27 Aug 2012
The state government has decided to revive the zonal transplant coordination centre (ZTCC) in the city and set up new ones in Amravati and Nashik.
The move is expected to provide impetus to human organ transplantation, particularly cadaver donations, and improve the city’s dismal cadaver donation count – which stands at less than 50 kidneys and three livers in the last eight years.
Confirming this in a telephonic interview to TOI on Friday, state’s additional chief secretary (public health) T C Benjamin said a meeting of all the representative hospitals registered with the Pune centre would be held in the city soon to take stock and initiate measures to revive and streamline the work.
"We want to make the Pune centre fully functional. The aim is to encourage postdeath organ donations," Benjamin said.
Among the eight hospitals registered with the Pune centre as designated organ transplant units are KEM hospital, Ruby Hall clinic, Jehangir hospital, Aditya Birla memorial hospital, Sahyadri hospital, Poona hospital and research centre and Patankar urology unit.
Ever since its inception in 2004, the Pune centre has been operational from the KEM hospital, Rasta Peth, which has been acting as a host to coordinate the work at its own hospital space. The centre has been plagued with issues like lack of dedicated staff, independent office–space and fund crunch for awareness activities.
"The centre in Pune needs independent office space and dedicated staff," said senior nephrologist F F Wadia, secretary of the Pune centre.
Wadia rues the fact that cadaveric transplants have not taken off in the city. "Medical professionals need to be more proactive about cadaveric transplants, particularly doctors in intensive care units. We have a number of brain dead cases, which are potential transplant cases. Sadly, due to lack of awareness, the relatives of brain dead patients are often unwilling to give consent for a transplant," he said.
Nephrologist Shriniwas Ambike of Jehangir hospital said, "There is no denying the fact that the Pune centre needs dedicated staff. Since its inception, the nephrology department of the KEM hospital has been looking after its work. The state government needs to provide basic infrastructure and staff to make it functional in full capacity." Sharing the view, nephrologist Abhay Huparikar of Ruby hall clinic said, "The state government needs to grants funds to the centre so that awareness activities and campaigns to promote post–death organ donation can be initiated."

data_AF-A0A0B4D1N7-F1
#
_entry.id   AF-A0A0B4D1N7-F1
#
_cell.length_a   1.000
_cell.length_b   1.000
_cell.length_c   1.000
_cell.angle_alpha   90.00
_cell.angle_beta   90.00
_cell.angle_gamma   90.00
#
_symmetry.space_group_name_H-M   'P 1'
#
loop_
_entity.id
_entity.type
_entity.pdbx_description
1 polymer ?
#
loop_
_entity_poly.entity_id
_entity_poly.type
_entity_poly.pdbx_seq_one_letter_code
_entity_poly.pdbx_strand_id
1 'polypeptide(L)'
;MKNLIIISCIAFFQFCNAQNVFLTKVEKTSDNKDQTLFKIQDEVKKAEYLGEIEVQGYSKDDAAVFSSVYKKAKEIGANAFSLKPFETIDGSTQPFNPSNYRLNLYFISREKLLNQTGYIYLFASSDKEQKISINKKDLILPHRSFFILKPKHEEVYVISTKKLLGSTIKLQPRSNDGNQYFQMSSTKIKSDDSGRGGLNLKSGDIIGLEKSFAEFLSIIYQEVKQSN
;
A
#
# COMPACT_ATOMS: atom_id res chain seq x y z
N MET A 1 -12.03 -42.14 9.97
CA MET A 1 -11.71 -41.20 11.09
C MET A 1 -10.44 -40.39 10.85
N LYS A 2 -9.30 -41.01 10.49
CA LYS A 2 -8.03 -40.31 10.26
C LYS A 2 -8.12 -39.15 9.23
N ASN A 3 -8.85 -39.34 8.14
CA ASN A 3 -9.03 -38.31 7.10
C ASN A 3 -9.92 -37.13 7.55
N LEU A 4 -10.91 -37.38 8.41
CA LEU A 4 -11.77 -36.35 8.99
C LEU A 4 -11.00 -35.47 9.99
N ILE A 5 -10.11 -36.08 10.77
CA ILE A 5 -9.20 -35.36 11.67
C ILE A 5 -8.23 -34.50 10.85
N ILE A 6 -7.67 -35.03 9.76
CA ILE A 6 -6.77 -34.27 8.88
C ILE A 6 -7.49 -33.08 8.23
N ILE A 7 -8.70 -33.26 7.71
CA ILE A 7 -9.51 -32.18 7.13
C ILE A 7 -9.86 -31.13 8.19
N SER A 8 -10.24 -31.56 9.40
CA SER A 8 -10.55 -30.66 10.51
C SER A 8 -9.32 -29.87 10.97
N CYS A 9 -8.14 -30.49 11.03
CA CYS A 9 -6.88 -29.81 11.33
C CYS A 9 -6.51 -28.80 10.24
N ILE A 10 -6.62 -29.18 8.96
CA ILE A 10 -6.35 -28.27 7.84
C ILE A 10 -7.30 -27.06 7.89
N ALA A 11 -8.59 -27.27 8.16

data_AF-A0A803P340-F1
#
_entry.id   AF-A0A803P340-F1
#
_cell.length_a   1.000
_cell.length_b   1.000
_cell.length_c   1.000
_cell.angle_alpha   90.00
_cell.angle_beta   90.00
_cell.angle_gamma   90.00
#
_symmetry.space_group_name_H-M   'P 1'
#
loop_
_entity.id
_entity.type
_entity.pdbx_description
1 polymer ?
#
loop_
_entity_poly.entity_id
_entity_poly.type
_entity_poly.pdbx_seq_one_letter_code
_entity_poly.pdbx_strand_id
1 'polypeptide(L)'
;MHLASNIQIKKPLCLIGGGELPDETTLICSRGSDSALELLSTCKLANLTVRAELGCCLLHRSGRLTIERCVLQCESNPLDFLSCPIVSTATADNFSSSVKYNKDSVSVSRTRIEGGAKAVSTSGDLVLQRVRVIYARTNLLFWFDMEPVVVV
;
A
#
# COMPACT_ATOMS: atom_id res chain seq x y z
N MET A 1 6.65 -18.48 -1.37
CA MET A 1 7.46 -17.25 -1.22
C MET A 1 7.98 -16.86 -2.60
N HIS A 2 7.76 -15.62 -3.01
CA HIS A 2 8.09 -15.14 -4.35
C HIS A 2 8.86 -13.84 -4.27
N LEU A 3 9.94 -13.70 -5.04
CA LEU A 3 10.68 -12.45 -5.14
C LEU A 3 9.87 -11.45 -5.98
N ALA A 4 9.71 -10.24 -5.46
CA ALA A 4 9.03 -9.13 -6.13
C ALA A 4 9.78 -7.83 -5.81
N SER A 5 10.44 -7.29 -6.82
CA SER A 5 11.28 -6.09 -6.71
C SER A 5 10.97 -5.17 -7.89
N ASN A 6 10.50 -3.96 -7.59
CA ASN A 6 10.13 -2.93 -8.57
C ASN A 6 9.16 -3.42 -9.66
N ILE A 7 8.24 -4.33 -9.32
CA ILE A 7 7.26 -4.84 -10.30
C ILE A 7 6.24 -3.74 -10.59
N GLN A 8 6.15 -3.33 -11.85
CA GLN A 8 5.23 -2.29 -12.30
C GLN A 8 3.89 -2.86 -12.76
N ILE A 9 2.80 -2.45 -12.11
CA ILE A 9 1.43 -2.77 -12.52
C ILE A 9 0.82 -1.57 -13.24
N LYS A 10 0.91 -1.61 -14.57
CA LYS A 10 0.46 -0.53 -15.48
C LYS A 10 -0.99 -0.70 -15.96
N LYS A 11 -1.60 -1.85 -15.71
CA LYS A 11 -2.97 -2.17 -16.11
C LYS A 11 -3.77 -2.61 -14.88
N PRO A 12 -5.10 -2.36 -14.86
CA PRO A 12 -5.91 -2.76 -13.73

Convening meetings of registered hospitals once in three or six months is one of the important functions of the centre. "Pune centre has not convened any meeting of representatives of registered hospitals in a long time," said a doctor.
Every registered hospital needs to submit its data of brain–dead patients to regional authorisation committee at Sassoon hospital every month.
"But doctors, especially intensivists, neurologists and neurosurgeons, who are empowered to declare a person as brain dead, do not initiate the work. Every registered hospital needs to send their team of intensivist, neurosurgeon and neurologist for the centre’s periodic meetings, but most of these doctors do not attend the meetings and the work gets stalled," said another doctor. "Since 2004, we have received 42 cadaver kidney donations and three cadaver liver donations in Pune. Since there is no facility for liver transplant here, Pune centre gave the donated livers to other centres," Wadia said.